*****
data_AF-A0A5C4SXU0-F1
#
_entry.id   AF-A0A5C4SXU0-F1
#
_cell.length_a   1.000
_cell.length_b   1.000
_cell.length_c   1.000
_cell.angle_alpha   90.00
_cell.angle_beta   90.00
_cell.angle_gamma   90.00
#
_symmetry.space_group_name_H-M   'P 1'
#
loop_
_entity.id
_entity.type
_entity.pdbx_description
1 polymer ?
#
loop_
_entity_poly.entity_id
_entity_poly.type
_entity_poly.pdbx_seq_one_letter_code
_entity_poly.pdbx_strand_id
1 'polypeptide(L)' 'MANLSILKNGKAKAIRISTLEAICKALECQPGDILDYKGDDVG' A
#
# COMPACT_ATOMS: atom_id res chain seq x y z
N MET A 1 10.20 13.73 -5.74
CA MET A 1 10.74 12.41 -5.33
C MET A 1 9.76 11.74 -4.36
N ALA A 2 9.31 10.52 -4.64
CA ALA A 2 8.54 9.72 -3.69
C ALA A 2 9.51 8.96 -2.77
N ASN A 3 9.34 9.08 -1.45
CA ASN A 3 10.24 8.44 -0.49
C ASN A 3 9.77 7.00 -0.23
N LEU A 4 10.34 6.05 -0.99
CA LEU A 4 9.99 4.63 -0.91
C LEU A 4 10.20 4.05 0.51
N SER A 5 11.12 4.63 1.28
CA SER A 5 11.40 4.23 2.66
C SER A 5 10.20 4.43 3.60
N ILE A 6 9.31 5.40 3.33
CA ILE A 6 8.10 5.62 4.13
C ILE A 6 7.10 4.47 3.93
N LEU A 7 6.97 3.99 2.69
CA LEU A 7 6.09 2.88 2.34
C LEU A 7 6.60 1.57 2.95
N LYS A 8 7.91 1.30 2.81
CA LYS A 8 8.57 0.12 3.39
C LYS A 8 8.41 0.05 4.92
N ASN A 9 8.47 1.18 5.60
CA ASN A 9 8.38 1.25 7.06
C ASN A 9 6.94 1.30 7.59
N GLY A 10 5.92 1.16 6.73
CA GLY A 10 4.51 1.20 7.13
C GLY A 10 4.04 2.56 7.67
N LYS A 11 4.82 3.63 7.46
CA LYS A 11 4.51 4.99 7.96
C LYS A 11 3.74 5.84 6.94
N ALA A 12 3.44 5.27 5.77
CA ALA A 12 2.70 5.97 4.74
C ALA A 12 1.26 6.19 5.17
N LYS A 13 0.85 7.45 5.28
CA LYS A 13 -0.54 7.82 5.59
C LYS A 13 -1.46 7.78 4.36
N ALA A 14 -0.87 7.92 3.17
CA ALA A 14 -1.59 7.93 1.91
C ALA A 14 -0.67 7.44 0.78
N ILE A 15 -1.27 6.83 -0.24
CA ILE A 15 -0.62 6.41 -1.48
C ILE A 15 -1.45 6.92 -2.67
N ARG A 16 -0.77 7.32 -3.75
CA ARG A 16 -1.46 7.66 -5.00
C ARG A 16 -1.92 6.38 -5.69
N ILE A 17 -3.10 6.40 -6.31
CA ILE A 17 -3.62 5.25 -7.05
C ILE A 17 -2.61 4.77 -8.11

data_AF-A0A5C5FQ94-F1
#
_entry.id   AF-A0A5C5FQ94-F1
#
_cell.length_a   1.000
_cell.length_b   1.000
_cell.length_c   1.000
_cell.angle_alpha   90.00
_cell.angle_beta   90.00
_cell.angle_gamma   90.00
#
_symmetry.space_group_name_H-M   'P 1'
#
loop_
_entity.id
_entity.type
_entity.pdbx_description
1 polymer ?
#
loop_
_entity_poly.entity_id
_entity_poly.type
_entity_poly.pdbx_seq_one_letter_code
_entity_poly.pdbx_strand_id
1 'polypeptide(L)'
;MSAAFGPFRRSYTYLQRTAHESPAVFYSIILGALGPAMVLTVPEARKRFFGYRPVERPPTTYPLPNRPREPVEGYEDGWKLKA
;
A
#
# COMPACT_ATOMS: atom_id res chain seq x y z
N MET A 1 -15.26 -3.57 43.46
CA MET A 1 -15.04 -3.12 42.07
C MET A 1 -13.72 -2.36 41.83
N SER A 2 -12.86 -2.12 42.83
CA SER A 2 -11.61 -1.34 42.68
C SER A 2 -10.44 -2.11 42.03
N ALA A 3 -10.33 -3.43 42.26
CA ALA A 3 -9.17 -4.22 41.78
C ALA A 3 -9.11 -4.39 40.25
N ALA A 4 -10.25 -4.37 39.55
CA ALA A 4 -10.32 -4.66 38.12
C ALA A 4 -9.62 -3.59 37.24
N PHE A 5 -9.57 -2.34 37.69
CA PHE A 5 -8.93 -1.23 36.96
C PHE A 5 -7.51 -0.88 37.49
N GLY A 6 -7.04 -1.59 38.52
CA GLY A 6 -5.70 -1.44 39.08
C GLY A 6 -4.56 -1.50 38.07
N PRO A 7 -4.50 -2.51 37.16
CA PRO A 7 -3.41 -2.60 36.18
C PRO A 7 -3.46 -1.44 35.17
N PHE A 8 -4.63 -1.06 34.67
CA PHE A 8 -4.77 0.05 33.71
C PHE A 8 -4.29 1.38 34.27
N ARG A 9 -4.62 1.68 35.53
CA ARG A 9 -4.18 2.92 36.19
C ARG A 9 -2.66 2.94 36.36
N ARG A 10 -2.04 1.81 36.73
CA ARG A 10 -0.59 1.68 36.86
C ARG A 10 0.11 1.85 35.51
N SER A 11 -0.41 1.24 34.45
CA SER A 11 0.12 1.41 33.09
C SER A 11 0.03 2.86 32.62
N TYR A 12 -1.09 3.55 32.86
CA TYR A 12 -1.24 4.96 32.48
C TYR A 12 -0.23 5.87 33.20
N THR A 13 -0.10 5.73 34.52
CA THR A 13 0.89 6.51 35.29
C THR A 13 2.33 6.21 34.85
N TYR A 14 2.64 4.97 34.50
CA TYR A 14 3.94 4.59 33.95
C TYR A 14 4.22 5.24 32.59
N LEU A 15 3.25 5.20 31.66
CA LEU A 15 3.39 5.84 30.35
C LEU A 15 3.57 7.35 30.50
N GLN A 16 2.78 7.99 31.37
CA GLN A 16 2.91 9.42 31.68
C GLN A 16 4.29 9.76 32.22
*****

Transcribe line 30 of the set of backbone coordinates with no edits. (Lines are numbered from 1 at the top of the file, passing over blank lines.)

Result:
C MET A 1 9.76 11.74 -4.36